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NBC's Couric Champions "Clarion Call" of "Moderates Are Coming!" --5/26/2005


1. NBC's Couric Champions "Clarion Call" of "Moderates Are Coming!"
The NBC Today crew was giddy Wednesday morning about the success of "moderates" in obstructing conservatives by getting a deal to avoid eliminating the filibuster option for liberals and to expand stem cell research. Katie Couric bubbled: "A lot of people are wondering is there new, a new clarion call on Capitol Hill? 'The moderates are coming, the moderates are coming!' Right?" Matt Lauer agreed: "That's right. Is it hip to be moderate in Washington these days? Some people Say the vote in the Senate on Monday night over judicial nominees and the vote in the House last night over stem cell research signals a sea change in power." Lauer soon proposed to a smiling Tim Russert: "I'm reading words like 'sea change of power,' 'new era,' 'Woodstock,' 'kumbaya,' all those things. Is this for real? Can this last?" Russert joined the celebration, noting how "they're calling themselves 'The Mod Squad.' 14 members, seven Democrats, seven Republicans," before dissuading Lauer of his dream, describing it as "more of a truce than a permanent peace."

2. CBS Skips Poll on Opposition to Expanding Number of Stem Lines
CBS on Tuesday night and Wednesday morning touted how a CBS News poll found growing majority support for embryonic stem cell research, but the Evening News and Early Show ignored how the same poll found, that on the question in play in the House, only a static 37 percent, according to the Web-posting of the poll, "support extending federal funding for stem cell research to a larger number of lines." Anchor Bob Schieffer asserted: "For sure, the public wants more research. A new CBS poll found that 58 percent of those surveyed approve using embryonic stem cells in medical research. That's up from 50 percent since just last summer." On Wednesday's Early Show, from the White House lawn, Thalia Assuras highlighted how "a new CBS News poll shows that most Americans, 58 percent, approve of using embryonic stem cells in medical research, an increase from last year. Even among Republicans, there was a jump in support from 37 percent approval last year to 50 percent today."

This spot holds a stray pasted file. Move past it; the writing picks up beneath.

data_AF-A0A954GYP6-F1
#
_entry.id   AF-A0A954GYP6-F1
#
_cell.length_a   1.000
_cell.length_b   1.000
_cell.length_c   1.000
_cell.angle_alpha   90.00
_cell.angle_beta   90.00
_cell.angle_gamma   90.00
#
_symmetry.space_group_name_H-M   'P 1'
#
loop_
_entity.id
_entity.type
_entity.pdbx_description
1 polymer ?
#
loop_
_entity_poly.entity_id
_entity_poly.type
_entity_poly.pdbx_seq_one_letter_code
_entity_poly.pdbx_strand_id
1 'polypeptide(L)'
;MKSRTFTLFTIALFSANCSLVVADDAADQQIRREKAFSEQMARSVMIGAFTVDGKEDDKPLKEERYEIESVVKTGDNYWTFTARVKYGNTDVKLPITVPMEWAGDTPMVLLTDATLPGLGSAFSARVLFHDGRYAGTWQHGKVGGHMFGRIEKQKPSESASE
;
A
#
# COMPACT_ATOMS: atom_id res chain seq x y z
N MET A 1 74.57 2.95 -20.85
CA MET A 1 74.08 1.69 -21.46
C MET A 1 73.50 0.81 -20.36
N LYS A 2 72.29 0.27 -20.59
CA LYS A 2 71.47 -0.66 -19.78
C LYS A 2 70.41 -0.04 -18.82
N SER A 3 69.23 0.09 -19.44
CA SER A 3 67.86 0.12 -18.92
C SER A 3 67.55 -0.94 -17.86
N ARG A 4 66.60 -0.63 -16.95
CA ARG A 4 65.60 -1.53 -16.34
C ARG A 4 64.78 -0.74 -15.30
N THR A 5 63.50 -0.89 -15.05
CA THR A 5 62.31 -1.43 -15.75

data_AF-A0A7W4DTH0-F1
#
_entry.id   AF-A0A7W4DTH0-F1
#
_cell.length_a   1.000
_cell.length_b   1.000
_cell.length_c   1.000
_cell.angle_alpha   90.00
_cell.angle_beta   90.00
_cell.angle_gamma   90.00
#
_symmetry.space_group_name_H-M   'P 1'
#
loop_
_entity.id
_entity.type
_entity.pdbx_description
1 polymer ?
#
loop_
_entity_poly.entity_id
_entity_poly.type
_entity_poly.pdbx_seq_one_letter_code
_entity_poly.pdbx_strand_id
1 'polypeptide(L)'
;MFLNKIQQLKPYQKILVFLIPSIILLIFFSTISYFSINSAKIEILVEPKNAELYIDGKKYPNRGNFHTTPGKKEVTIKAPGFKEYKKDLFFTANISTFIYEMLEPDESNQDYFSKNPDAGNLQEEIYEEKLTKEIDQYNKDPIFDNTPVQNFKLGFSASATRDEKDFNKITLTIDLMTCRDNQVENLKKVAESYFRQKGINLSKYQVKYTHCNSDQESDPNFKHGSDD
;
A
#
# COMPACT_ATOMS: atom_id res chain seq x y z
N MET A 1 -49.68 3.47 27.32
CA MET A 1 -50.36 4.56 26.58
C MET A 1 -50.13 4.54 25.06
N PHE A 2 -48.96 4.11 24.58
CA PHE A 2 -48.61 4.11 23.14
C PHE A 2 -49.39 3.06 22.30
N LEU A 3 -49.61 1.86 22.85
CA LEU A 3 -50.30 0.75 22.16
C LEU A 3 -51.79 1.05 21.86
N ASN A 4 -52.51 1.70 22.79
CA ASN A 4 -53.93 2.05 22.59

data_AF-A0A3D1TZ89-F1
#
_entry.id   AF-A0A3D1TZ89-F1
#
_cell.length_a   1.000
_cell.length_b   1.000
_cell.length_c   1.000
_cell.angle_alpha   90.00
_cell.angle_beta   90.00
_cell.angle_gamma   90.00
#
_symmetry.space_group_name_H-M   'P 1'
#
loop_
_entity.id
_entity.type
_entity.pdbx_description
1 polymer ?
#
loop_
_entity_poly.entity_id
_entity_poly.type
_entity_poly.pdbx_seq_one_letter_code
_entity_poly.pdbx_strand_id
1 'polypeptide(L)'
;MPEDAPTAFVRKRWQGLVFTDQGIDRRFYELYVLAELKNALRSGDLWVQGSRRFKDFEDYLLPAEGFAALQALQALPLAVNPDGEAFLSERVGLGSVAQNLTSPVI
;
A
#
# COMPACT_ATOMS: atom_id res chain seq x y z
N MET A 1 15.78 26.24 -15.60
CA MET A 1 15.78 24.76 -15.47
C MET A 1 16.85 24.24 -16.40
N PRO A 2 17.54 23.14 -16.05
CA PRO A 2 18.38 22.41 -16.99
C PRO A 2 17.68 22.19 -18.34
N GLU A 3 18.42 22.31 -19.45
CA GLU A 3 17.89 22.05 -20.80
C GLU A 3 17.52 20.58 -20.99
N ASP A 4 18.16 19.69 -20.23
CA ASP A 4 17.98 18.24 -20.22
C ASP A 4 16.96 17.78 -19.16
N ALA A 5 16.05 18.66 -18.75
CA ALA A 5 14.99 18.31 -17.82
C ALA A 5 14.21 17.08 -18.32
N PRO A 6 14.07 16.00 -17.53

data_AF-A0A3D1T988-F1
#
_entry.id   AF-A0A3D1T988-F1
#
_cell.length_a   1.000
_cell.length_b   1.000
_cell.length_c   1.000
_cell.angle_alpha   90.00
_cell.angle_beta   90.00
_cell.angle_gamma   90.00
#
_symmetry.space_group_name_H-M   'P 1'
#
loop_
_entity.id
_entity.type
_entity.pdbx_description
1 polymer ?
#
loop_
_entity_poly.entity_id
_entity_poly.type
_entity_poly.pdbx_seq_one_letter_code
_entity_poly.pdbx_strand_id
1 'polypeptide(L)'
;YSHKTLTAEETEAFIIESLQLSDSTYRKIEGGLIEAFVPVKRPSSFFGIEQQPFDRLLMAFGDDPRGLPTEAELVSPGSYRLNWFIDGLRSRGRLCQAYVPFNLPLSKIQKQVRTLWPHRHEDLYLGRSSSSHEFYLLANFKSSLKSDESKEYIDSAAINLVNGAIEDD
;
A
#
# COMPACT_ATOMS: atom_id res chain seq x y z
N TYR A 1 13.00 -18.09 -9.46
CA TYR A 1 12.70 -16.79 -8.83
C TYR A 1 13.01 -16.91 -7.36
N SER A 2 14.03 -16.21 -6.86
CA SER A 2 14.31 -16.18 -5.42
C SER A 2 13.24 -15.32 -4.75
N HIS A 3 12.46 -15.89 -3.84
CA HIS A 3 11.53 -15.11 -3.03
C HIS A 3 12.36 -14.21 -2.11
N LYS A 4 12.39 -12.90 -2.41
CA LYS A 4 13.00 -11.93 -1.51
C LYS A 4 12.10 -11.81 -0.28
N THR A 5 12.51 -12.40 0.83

3. ABC Highlights Amnesty International's Attack on the U.S.
On Wednesday's World News Tonight, ABC anchor Charles Gibson gave credibility to Amnesty International's attack on the U.S. by trumpeting how their "report takes aim at the United States for its treatment of prisoners at Guantanamo. Quote, 'When the most powerful country in the world thumbs its nose at human rights,' Amnesty said, 'it grants a license to others to commit abuse with impunity.'"

4. ABC's Gibson "Surprised" to Learn Iraqis Wish Zarqawi Dead
Is Charles Gibson watching ABC News too much? On Wednesday's World News Tonight, after Brian Ross noted that "some Arabs" on a "popular Web site said they hoped the news was true" about the serious injury to terrorist leader Abu Musab al-Zarqawi, with messages such as, "Let this criminal Zarqawi go to Hell," Gibson turned to reporter Nick Watt in Baghdad and expressed shock, "I'm surprised by something in Brian's piece: The vehemence of the comments on Arab Web sites in opposition to Zarqawi, because we keep hearing that he has considerable support." Watt confirmed that "many" Iraqis "will be very glad if he does die."

5. CNN's Hemmer & O'Brien Endorse E-Mails Mocking "Culture of Life"
CNN American Morning hosts Bill Hemmer and Soledad O'Brien endorsed the liberal views of e-mail writers who mocked the "culture of life" perspective, read Wednesday by Jack Cafferty, on whether embryonic stem cell research should be a priority for Congress. The comments included, "It might be a good idea if they are so concerned about protecting the sanctity of life that they focus on ending the mounting loss of life in Iraq," "This government only deals with the not yet living, like embryos, or the already dead, like Terry Schiavo" and "As the mother of a juvenile diabetic, I would love to see Congress approve embryonic stem cell research funding. However, it will not help my daughter, who has no medical insurance....Apparently the culture of life applies only to embryos." Hemmer piped in: "Excellent thoughts across-the-board." O'Brien expounded: "Yeah, a sad note from that mom. I mean, it's -- you know, and she makes a great point. All these kids, no medical insurance. That should be something else the Congress takes up."

6. Law & Order: CI Tags DeLay as Hero to White Supremacist Murderer
The season finale of NBC's Law & Order: Criminal Intent, which aired Wednesday night, portrayed House Majority Leader Tom DeLay as a hero to white supremacist gun nuts suspected of murdering two judges, one of them black, and who had expressed the view that the white woman judge who was murdered was a "race traitor" who raised her family in the "Zionist enclave of Riverdale." When the ballistics on the bullet which killed the black judge showed it was fired by the same rifle which was used to kill the white judge, New York City Police Department "Detective Alexandra Eames" suggested to her fellow detectives and an Assistant District Attorney: "Maybe we should put out an APB for somebody in a Tom DeLay T-shirt." Another detective then presented evidence the shooter came from the West, prompting Eames to point out: "Home of a lot of white supremacist groups."
with audio and video


NBC's Couric Champions "Clarion Call"
of "Moderates Are Coming!"